In a backstage interview with Coltrane during intermission at the Stockholm concert, a local jazz DJ noted that some critics were finding his new sound “unbeautiful” and “angry,” then asked, “Do you feel angry?” Coltrane replied, in a gentle, deliberative tone, “No, I don’t,” adding, “The reason I play so many sounds, maybe it sounds angry, it’s because I’m trying so many things at one time, you see? I haven’t sorted them out. I have a whole bag of things that I’m trying to work through and get the one essential.”
According to research conducted at the University of Toronto, study participants who read short-story fiction experienced far less need for “cognitive closure” compared with counterparts who read nonfiction essays. Essentially, they tested as more open-minded, compared with the readers of essays. “Although nonfiction reading allows students to learn the subject matter, it may not always help them in thinking about it,” the authors write.
Alyssa Rosenberg, considering Isle of Dogs: “At this point, there’s a fairly clear consensus that white people shouldn’t be cast as characters who are meant to be of other races, and that defining nonwhite characters by obvious stereotypes and obvious stereotypes alone is both objectionable and proof of artistic laziness. There is less agreement about what makes a person sufficiently knowledgeable about and sensitive to the concerns of a community that’s not their own to put it into art, or about the line between appreciation and fetishization of another culture. (Not to mention the fact that members of a particular community may have wildly diverging opinions about these issues, raising thorny questions about who has standing to make these judgments.)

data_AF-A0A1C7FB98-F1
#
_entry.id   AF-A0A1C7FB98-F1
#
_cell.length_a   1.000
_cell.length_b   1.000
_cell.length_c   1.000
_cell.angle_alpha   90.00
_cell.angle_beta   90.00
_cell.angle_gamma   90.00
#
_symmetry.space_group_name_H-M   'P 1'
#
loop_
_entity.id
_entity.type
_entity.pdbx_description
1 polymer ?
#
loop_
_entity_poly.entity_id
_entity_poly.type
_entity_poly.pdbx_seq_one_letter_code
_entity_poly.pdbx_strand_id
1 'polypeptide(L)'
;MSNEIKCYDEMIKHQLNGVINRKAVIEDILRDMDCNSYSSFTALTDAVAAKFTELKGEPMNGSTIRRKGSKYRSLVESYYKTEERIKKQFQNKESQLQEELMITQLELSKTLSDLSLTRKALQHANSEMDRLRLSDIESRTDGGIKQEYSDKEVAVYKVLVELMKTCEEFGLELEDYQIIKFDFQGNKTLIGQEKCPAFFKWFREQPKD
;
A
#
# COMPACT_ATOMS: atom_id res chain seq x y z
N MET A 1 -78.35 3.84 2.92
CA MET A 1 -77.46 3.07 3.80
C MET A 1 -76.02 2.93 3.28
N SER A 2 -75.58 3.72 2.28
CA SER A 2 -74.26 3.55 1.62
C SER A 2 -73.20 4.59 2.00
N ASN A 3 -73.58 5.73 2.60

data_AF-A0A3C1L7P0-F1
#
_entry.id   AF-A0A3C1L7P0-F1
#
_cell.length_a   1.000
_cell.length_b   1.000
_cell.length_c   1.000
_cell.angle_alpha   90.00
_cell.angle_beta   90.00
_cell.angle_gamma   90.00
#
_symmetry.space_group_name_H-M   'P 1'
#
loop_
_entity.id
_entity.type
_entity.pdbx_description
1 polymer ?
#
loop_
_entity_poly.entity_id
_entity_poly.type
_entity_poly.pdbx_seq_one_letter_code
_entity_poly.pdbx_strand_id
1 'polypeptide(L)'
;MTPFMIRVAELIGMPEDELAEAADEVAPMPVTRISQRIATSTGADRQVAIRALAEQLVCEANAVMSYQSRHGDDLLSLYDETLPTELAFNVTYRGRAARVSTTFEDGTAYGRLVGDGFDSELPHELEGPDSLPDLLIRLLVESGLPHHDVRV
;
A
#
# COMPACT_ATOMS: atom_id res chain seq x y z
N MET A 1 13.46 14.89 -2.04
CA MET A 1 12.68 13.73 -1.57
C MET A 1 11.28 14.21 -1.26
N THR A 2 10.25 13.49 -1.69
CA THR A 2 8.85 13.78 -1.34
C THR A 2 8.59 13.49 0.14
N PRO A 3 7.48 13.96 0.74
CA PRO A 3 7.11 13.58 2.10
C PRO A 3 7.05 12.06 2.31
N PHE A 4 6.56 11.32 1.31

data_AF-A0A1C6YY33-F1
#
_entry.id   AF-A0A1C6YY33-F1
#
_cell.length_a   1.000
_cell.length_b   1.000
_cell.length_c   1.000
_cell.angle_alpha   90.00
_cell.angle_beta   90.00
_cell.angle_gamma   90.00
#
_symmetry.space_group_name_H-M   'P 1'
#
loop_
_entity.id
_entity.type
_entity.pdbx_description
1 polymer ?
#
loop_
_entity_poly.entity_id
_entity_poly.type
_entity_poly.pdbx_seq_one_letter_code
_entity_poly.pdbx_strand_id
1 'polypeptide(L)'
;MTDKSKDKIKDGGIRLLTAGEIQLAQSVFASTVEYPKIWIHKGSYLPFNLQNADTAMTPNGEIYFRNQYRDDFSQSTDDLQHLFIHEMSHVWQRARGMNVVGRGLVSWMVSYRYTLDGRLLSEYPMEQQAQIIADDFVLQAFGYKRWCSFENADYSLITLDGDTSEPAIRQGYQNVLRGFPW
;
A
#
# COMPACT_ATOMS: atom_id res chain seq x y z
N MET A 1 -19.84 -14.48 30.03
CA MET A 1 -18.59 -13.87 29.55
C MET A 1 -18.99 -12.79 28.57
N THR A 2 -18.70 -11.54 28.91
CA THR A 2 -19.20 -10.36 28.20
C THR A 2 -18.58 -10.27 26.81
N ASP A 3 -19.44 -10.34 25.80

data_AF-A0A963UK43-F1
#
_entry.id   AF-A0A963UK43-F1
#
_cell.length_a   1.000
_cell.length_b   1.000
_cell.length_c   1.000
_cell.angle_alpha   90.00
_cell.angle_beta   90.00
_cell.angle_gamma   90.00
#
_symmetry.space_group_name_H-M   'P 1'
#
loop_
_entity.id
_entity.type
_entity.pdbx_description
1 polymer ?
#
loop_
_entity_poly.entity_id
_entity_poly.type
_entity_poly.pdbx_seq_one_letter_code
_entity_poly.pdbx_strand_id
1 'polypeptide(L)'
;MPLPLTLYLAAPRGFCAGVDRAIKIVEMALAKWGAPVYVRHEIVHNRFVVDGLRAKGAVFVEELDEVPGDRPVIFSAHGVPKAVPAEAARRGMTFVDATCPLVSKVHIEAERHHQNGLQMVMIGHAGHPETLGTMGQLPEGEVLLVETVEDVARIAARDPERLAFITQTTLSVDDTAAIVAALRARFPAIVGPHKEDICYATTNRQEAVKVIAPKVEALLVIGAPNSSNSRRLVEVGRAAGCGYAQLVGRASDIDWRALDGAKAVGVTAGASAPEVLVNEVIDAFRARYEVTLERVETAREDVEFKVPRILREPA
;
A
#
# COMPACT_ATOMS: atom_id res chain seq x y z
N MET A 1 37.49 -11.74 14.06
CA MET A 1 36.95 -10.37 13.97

Republican Sen. Bill Cassidy’s wish has come true, with President Donald Trump signing his Eliminating Government-Funded Oil-Painting — or EGO — Act into law on Wednesday. The cheekily named legislation prohibits taxpayer funds to be used on officially painted portraits. The law applies to portraits of the President, the Vice President, a member of Congress, the head of an executive agency, or the head of an office of the legislative branch.
Bill Marx (in a pan of Jesse Green’s New York Times apologia for negative reviews): “Because they reflect an eternal truth: all the blurbs in the universe will not eradicate the fact that much in the arts is mediocre. Pans also provide the means for the reader to evaluate the critic: we learn as much about someone from why they dislike something then why they like something. And negative reviews prove that the critic takes the arts seriously enough to risk defining success and failure, to draw an aesthetic red line, to proclaim to the Parrotheads that the emperor has no clothes.”
“According to Nielsen Audio Fall 2017 ratings, the total weekly listeners for all programming on NPR stations is 37.7 million people – a record that has been maintained since the Spring of 2017. NPR’s Newscasts, updated live every hour, can now be heard on 947 broadcast stations by nearly 28.7 million listeners.”